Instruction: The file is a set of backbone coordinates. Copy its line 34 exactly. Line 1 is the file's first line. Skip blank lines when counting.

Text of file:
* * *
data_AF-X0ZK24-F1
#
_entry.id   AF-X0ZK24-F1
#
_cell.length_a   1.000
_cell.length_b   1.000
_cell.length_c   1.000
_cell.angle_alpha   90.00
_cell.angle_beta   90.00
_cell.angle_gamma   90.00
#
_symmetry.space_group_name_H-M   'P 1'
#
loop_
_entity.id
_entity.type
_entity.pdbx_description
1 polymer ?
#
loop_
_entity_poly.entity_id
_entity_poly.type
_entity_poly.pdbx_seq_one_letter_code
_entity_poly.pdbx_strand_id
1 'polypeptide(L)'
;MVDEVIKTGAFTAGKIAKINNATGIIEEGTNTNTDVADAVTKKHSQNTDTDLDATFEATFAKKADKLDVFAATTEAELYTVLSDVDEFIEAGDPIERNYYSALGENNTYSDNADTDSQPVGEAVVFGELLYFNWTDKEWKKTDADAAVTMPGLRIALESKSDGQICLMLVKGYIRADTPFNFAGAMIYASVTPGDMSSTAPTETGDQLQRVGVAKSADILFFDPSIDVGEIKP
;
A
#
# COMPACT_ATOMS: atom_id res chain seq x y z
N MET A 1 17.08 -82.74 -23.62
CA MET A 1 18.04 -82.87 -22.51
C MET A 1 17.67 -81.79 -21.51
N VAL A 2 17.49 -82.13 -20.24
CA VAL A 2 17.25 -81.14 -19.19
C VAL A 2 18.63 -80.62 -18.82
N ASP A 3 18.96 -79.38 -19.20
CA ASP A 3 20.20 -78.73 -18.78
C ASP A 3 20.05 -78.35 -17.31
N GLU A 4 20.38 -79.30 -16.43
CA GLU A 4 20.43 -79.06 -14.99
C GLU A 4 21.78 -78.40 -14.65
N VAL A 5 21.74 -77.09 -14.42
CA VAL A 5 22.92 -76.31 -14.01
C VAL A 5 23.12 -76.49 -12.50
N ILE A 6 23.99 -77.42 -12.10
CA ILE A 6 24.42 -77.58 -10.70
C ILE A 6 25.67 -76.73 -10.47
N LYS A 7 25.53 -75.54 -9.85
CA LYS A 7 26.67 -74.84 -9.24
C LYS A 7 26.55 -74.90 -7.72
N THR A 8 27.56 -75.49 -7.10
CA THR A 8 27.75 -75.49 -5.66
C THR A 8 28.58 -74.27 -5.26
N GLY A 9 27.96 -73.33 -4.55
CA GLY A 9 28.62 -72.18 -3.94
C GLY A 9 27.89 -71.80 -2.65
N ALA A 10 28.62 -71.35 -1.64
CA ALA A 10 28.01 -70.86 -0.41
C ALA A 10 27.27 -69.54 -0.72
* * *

N VAL A 2 17.49 -82.13 -20.24